"We don't have to put drivers in that position," Sale said last week. The driver who killed his daughter and another woman and injured three others was fired, and "she got a life sentence the day she hit my daughter," Sale said. "She'll have to live with that every day for the rest of her life."
Sale met with SEPTA bus drivers last week and traveled to Harrisburg with officials of the drivers' union to lobby legislators for the change.
SEPTA officials acknowledge mirrors create temporary blind spots, but they have resisted refitting mirrors on their fleet of 1,400 buses, saying that could cause other safety issues. Instead, SEPTA has increased driver training to teach operators how to reduce blind spots.
From 2000 through 2011, according to the National Highway Traffic Safety Administration, 462 pedestrians were killed by transit buses in this country.
Last year, 13 SEPTA pedestrian accidents involved left-turning buses, down from 17 in 2011 and 19 in 2010, and up from six in 2008, said Michael R. Liberi, chief surface transportation officer.
"Collisions involving buses turning left and pedestrian contact usually result in serious injuries and, sometimes, fatalities," Liberi wrote in a memo to drivers last year, urging them to adjust mirrors, seats, and steering wheels and to move around in their seats to improve visibility.
Drivers are especially critical of the left-side mirrors on SEPTA's New Flyer buses, which make up the bulk of the fleet. Those vertical mirrors, about 14-by-7 inches, are bolted next to the roof pillar and can obscure drivers' views of people or cyclists.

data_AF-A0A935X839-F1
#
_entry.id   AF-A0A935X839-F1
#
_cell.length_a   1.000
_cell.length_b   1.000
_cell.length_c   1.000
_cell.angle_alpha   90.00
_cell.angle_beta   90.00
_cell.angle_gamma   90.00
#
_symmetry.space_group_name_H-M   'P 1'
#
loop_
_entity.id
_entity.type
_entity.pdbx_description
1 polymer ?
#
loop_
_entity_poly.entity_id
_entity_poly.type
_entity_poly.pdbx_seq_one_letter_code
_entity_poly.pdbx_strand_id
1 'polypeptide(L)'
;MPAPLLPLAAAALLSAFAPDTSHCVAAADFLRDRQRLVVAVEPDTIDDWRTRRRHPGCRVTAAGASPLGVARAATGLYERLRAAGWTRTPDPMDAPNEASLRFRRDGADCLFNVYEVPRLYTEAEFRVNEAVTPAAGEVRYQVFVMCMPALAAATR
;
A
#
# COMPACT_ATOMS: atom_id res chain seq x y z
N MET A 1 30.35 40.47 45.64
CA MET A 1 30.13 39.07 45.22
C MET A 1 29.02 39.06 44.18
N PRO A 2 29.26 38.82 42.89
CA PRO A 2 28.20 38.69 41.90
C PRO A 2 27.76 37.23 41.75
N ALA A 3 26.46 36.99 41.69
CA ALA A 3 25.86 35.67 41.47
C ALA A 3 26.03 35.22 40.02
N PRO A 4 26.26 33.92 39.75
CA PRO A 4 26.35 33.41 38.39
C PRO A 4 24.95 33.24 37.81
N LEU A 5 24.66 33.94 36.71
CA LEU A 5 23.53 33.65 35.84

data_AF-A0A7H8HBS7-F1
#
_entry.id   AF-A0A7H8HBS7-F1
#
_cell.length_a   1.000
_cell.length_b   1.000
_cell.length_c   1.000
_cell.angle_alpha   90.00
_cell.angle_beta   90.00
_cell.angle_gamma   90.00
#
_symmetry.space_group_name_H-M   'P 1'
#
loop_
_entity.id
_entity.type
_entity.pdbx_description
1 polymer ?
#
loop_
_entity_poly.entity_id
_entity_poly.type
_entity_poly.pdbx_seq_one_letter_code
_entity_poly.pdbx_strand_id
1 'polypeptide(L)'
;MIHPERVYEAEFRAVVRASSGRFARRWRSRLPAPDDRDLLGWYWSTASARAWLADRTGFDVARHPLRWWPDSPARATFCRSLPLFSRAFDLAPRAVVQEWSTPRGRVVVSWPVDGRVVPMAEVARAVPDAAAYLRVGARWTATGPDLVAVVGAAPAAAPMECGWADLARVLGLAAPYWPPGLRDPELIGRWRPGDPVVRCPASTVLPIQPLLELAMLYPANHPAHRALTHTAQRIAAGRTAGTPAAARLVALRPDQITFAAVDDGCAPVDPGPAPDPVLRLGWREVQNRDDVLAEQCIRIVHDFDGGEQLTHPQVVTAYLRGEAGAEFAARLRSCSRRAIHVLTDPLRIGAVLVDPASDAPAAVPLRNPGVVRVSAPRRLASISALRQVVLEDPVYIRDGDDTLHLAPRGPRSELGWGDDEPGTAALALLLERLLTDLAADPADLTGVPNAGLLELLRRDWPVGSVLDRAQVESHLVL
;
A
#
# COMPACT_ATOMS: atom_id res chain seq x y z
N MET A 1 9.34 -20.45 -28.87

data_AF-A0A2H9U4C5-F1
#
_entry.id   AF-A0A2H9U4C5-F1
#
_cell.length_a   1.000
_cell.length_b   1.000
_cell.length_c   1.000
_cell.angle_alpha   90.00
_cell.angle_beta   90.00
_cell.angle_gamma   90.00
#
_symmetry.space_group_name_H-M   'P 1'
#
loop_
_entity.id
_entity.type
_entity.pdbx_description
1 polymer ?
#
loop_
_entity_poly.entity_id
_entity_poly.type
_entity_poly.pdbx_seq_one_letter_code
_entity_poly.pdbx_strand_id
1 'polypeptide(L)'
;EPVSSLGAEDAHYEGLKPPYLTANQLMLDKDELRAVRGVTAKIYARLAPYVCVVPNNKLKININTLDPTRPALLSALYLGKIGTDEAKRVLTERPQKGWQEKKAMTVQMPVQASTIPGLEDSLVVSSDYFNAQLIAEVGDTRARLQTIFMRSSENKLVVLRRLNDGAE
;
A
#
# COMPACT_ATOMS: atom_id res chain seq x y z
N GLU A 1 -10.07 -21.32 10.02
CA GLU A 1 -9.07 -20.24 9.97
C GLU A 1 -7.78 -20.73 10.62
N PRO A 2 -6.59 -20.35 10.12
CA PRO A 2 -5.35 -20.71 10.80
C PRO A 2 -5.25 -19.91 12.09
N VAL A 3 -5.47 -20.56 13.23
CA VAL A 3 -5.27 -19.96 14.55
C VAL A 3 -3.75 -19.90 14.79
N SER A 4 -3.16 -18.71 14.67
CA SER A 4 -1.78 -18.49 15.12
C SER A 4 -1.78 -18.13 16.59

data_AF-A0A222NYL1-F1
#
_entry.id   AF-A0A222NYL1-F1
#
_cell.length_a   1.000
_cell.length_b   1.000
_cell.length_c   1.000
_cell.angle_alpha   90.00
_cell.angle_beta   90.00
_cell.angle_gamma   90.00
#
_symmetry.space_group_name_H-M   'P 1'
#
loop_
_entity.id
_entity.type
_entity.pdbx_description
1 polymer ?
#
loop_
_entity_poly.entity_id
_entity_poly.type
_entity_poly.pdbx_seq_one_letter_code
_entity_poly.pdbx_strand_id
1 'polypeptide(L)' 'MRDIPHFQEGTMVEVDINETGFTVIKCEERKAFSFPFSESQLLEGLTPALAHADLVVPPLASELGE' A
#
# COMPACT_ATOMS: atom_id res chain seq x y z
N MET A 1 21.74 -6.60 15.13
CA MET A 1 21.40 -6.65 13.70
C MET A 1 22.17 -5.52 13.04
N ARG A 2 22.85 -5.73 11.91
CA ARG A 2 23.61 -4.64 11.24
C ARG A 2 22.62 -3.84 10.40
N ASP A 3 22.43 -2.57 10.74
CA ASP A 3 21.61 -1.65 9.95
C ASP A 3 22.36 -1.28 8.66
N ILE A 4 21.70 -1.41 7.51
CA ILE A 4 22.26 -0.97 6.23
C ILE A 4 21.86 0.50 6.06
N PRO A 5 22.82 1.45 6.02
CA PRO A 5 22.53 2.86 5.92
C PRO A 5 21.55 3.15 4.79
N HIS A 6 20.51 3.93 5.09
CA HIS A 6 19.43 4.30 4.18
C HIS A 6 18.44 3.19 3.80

Yolanda Snowden, a driver with 15 years' experience, bent low in the driver's seat to demonstrate how she peers under the mirror to see if pedestrians are in a crosswalk when she makes a left turn.
"A mirror up high would work better," Snowden said. "This really blocks the person. It's not the driver's fault; it's the mirror."
Ted Warner, a driver for 30 years, recalled a near-miss several years ago.
"I was going to make a left onto Cheltenham, and I saw the people on the sidewalk and thought it was clear. Then, someone screamed, 'Oh my God,' and this woman ran ahead of the bus. She was in the crosswalk, and I never saw her. It scared the [expletive] out of me."
Drivers said they preferred smaller, square mirrors that are installed on other bus models.
But Liberi said changing the mirrors, which cost $266 each, could cause other problems.
"The size of the mirror is for clear visibility toward the back of the bus," he said. "If you make it too small, are you creating another hazard?"
And he said roof-mounted "euro-style" mirrors could draw a driver's eyes up and away from the road.
"The operator has a fundamental responsibility to make sure the pathway is clear," Liberi said.
The issue is a national problem, said Greg Hull, director of operations, safety, and security for the American Public Transportation Association.
Devices such as cameras, sensors, flashing lights, and audible signals have been tried by other transit agencies, with varying degrees of success. But Hull said too many alerts can be an additional distraction for drivers.
Last year, Cleveland's transit agency won a national safety award for its efforts to reduce pedestrian accidents.
The Greater Cleveland Regional Transit Authority shifted bus mirrors, improved training, outfitted buses with beeping signals and flashing lights, and introduced a "talking bus."
A recorded voice on all 400 buses now warns: "Caution, pedestrians, bus is approaching."
After the changes, Cleveland buses hit no pedestrians between March 2009 and January 2011, saving millions of dollars on accident claims.
Contact Paul Nussbaum
at 215-854-4587 or firstname.lastname@example.org.